Fund raises $1.5M to help rebuild Northside businesses impacted by civil unrest

Northside community
Photo Credit: De'Vonna Pittman

Civil unrest following the killing of George Floyd by Minneapolis police has left the Northside community without its primary grocery store, storefronts decimated, and inventory looted.

The West Broadway Business & Area Coalition (WBC) and Northside Funders Group have raised more than $1.5M in funds to help rebuild those businesses along the West Broadway corridor and surrounding areas.

Donations started pouring in after the organization’s executive director Felicia Perry took to Facebook Live on May 31 with an impassioned plea for elected officials, leaders, and the collective community to do more than talk about fixing a problem. 

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“Just asking ‘are you okay?’ is not healing or helping,” she said in the video. Instead, she challenged them to show up in the community and do actual work to help clean up and rebuild. And, for those who can’t? She said to contribute. That call went viral. 

“This is something that happened so fast and became so big,” Perry told the MSR. The Restore Fund was initially set up to help businesses impacted by the COVID-19 pandemic. They had previously raised $250K in for emergency funds to small businesses and independent contractors.

Restore North
Funds raised as of June 5, 2020

Perry says they started the fundraiser a couple of weeks ago after the money ran out. Less than a week ago, they had raised approximately $5,000. Now the organizations have a new goal of $5M, with 100% of the funds going directly to North Minneapolis. Perry says the funds will not be touched until the organizations have developed a plan for the community that extends beyond the crisis.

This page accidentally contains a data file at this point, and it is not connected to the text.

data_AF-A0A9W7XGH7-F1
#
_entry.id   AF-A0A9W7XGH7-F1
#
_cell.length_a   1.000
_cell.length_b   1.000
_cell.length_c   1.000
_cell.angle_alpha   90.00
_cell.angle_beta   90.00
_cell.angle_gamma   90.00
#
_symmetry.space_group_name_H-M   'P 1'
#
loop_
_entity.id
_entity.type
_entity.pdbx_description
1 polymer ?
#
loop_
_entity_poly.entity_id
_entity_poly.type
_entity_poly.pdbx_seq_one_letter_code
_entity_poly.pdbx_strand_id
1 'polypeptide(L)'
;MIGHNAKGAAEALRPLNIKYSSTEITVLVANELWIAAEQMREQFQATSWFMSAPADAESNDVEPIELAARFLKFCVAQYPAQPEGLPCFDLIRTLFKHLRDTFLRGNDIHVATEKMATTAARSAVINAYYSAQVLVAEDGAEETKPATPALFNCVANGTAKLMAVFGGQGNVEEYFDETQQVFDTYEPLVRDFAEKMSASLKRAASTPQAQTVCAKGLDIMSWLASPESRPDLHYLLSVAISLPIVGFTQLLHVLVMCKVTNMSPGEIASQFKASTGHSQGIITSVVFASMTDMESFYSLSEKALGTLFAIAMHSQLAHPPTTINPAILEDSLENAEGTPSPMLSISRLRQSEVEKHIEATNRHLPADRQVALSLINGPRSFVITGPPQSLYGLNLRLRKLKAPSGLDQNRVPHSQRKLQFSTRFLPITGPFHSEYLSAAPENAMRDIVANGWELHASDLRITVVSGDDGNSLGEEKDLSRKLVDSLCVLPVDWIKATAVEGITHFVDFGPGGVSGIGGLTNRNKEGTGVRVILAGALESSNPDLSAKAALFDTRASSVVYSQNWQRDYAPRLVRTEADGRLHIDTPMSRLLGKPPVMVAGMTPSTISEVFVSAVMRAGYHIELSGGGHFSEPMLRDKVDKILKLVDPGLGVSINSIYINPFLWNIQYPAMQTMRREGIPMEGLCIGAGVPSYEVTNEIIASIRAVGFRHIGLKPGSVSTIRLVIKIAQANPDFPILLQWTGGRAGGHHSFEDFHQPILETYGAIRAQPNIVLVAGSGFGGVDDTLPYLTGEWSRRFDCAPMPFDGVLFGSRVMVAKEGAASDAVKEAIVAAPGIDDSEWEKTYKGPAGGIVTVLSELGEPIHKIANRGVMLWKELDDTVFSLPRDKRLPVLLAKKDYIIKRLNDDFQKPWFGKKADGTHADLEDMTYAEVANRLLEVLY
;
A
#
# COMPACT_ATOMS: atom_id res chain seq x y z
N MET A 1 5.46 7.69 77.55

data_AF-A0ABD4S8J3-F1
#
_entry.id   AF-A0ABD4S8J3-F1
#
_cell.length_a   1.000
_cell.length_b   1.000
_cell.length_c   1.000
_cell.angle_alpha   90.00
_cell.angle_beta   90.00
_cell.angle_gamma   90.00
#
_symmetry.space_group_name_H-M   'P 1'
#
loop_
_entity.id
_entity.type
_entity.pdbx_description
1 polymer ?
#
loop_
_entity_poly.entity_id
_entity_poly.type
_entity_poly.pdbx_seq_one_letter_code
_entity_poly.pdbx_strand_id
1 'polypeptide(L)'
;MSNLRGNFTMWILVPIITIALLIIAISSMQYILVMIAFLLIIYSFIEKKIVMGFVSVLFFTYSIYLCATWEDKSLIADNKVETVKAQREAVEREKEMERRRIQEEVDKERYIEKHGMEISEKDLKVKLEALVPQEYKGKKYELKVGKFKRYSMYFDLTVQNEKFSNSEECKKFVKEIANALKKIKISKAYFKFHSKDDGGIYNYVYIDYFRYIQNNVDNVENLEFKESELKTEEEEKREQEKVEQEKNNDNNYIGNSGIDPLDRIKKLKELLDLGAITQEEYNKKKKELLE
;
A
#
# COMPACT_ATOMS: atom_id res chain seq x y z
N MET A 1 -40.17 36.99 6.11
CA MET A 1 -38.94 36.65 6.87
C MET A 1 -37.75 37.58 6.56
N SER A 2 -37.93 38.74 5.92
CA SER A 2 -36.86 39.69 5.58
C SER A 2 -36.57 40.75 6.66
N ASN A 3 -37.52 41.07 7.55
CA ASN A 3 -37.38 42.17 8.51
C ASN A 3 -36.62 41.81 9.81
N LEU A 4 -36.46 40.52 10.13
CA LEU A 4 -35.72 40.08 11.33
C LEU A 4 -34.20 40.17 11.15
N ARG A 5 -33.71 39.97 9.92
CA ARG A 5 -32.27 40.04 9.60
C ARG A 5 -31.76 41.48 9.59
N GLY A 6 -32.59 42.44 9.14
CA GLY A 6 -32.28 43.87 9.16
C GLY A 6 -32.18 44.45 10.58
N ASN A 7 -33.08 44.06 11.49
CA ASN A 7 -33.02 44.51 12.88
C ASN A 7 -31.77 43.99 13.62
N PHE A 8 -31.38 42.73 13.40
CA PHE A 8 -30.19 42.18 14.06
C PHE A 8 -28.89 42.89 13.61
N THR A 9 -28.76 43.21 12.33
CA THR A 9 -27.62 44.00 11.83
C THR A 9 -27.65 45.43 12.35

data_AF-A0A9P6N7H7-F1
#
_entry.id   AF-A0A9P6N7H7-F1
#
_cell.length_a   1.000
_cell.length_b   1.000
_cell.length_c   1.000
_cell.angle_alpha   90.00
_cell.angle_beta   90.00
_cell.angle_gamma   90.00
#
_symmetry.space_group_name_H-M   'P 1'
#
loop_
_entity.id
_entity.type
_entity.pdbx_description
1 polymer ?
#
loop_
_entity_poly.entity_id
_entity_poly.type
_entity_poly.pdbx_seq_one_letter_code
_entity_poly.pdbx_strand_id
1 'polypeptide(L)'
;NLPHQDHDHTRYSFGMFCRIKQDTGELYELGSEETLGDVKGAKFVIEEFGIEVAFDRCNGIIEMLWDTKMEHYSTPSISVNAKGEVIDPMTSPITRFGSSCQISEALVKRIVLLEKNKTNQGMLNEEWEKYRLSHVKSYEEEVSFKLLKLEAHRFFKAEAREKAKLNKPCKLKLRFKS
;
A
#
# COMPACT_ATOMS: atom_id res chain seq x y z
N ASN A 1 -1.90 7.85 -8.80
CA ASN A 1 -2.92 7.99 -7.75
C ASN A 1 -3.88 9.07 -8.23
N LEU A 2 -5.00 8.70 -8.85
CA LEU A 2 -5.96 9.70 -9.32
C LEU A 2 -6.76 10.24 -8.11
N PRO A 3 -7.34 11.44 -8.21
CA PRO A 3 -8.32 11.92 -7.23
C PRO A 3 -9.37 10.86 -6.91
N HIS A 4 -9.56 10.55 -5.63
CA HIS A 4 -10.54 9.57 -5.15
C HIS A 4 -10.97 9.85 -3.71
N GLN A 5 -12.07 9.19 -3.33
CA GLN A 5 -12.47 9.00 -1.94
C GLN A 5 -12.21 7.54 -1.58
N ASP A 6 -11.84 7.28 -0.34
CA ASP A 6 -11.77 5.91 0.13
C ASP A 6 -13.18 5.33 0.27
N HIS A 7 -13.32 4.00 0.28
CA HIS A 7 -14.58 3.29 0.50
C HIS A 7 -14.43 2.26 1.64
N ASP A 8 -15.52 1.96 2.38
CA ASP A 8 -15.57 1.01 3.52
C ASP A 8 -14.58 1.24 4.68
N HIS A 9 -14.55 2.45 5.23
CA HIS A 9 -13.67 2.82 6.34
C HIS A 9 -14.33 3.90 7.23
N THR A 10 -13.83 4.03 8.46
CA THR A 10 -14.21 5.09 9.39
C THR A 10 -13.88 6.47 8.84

“One day, one donation is not what’s going to rebuild. We are just doing triage right now,” she says. “We haven’t even gotten into recovery.”

The first thing she is asking for is space and time. 

“Giving space helps us ground ourselves as we strategize,” says Perry. “It’s important that we have a comprehensive strategy and plan around what rebuilding looks like. I want to take time to really connect with Northside businesses and the community.” 

One thing she is sure about is not using the funds to address issues for which the City of Minneapolis has already earmarked dollars.

“We don’t want to spend this money on what other organizations are supposed to do and should already be paying for,” said Perry. “They need to still pay for it.” That includes things like helping to fix storefronts and pandemic impact grants.

In the meantime, WBC will continue to inform and help businesses apply for those existing dollars as well as help support and coordinate emergency business and community outreach responses as it assesses needs and creates a longterm strategy.

Perry admitted the monetary and volunteer response has been a bit overwhelming.  “Usually, there are one or two people a month offering [support]. Now, we have hundreds a day.”

There is also an influx of subscribers and membership requests. But this is a good problem to have. “We are grateful. Just give us time,” she said.

Perry also thanked the WBC and Northside Funders Group team, along with residents like Ashley Henderson, De’Vonna Pittman, Desralynn Cole, and Nastaaja Johnson for their ongoing organizing and clean-up efforts. “This is a community effort and the Northside has been out there.”

To donate, visit bit.ly/northsidebiz.

For more information on West Broadway Businesses & Area Coalition, visit westbroadway.org or follow them on Facebook.